Friday, November 6, 2009


Janet is still in bed and I have been spending a little time weeding out some of the less than interesting links on the blog. I am not quite sure what brought this to mind but trying to figure out how and why the mind works the way it does is an interesting pursuit for the less than well educated.

Growing up in Burkburnett I attended the First Baptist Church. I do not know how other denominations select their pastors but the Southern Baptist invite several applicants to conduct services and then the deacons select the one they feel is most fitting for the church.

I remember one such event. There were probably three or four applicants. My father was quite taken by one in particular. However, the applicant that he preferred was rejected. My father was more than disgusted, not that he was rejected but because of the reason he was rejected.

I do not remember the man but he apparently had very large protruding ears. The feedback the deacons were getting from the ladies of the church was that they could not possibly enjoy sitting through a sermon staring at those ears. Apparently they would fail to receive the Word of God if someone with large ears delivered it. Interesting.

Still trying to figure out what brought that to mind. It is simply an interesting occurrence to a person that has spent the majority of his life attempting to prove that the book is not the cover.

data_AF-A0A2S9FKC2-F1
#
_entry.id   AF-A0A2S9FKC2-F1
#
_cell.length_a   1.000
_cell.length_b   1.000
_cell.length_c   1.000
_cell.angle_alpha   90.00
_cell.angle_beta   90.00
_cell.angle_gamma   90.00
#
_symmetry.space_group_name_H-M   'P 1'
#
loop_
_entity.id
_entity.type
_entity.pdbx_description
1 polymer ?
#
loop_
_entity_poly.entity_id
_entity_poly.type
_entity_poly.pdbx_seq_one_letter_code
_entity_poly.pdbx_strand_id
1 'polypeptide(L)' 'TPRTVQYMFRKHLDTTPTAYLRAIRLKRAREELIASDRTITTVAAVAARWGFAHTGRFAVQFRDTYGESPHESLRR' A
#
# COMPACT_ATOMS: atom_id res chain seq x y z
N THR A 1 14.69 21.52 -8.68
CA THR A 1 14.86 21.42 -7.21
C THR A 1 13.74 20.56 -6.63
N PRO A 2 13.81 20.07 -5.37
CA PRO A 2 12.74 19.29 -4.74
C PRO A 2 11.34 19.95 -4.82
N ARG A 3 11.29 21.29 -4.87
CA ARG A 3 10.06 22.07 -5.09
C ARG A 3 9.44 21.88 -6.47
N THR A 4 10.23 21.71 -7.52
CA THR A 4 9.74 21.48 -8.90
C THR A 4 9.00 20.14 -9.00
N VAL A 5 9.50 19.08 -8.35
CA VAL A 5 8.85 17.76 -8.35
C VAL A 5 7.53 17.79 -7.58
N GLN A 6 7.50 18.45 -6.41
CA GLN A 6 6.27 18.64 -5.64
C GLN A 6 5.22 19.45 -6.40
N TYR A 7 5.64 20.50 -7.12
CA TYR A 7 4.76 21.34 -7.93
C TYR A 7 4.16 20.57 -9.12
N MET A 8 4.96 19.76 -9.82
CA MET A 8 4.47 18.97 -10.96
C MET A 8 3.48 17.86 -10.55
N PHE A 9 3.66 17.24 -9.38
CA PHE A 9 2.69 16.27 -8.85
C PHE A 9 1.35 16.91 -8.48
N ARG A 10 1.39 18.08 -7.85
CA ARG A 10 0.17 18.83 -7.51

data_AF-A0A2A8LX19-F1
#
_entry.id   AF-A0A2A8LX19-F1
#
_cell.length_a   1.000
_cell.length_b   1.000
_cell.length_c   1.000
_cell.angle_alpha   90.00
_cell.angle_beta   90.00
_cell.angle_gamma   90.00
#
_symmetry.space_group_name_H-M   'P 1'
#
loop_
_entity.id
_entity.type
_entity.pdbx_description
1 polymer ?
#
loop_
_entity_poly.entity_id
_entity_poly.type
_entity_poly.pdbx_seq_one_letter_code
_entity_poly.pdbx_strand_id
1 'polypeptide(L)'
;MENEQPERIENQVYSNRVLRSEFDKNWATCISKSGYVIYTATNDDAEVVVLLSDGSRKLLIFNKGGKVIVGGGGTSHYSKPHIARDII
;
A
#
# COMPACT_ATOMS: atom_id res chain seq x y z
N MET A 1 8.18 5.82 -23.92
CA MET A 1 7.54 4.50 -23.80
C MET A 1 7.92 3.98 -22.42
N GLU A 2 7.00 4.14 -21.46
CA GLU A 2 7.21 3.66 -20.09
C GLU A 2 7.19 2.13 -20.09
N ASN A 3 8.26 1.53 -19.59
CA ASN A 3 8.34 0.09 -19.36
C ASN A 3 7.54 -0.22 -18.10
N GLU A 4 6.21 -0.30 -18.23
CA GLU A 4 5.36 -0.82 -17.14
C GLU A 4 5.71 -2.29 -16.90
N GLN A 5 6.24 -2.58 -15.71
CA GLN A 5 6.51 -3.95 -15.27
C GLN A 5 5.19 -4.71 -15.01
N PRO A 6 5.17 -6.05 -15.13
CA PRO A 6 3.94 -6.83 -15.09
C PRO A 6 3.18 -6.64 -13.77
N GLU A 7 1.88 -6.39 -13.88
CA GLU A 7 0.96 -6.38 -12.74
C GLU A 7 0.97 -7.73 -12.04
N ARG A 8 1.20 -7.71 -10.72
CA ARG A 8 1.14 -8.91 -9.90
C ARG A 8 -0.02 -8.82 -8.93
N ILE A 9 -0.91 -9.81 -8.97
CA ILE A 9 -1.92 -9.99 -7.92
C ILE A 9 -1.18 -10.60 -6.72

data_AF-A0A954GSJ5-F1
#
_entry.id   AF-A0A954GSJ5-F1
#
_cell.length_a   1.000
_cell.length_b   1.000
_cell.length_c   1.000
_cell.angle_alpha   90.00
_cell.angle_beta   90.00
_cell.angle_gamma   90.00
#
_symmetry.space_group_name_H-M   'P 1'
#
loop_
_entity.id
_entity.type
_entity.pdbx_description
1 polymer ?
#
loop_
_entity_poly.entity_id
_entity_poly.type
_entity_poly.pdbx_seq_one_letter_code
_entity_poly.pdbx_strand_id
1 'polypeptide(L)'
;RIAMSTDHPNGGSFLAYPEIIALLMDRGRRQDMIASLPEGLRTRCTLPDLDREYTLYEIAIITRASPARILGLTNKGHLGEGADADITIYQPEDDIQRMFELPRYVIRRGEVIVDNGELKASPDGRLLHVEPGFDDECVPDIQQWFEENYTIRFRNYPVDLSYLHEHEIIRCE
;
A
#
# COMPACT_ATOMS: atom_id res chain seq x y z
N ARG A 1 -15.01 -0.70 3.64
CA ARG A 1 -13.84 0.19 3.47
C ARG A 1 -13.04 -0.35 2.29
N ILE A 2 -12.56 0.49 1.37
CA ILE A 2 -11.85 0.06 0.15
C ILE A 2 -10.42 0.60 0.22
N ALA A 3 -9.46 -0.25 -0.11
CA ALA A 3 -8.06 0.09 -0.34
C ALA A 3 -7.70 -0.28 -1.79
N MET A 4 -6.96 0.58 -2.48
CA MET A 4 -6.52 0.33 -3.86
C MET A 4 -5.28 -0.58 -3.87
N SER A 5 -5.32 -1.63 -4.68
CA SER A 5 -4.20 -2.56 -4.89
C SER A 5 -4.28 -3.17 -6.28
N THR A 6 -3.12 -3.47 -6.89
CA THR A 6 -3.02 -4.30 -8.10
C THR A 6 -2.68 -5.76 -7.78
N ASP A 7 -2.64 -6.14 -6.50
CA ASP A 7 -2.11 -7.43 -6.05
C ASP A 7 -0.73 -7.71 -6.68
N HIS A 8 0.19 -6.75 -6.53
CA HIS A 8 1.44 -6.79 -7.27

I also find it interesting that the older I get the more intelligent my father with his third grade schooling becomes. He may not have been educated but he had a God given intelligence that many fail to exercise. I just wish I would act on everything he has taught me like, stay with your roots, boy. God put you there for a reason.


  1. The story about the (non) selection of the minister would be quite comical if not so pathetic. I'm quite sure those kind of "roots" are not the ones your Dad would have wanted you to stay tied to!

    And btw, how OLD do I have to be for my daughters to start thinking I am smart??

  2. I realized there was a possibility at forty. Your daughters might be smarter than I was.

  3. I'm sorry my Dad was eighty at the time. No, it didn't take that long. I was well aware of it half way through my first marriage.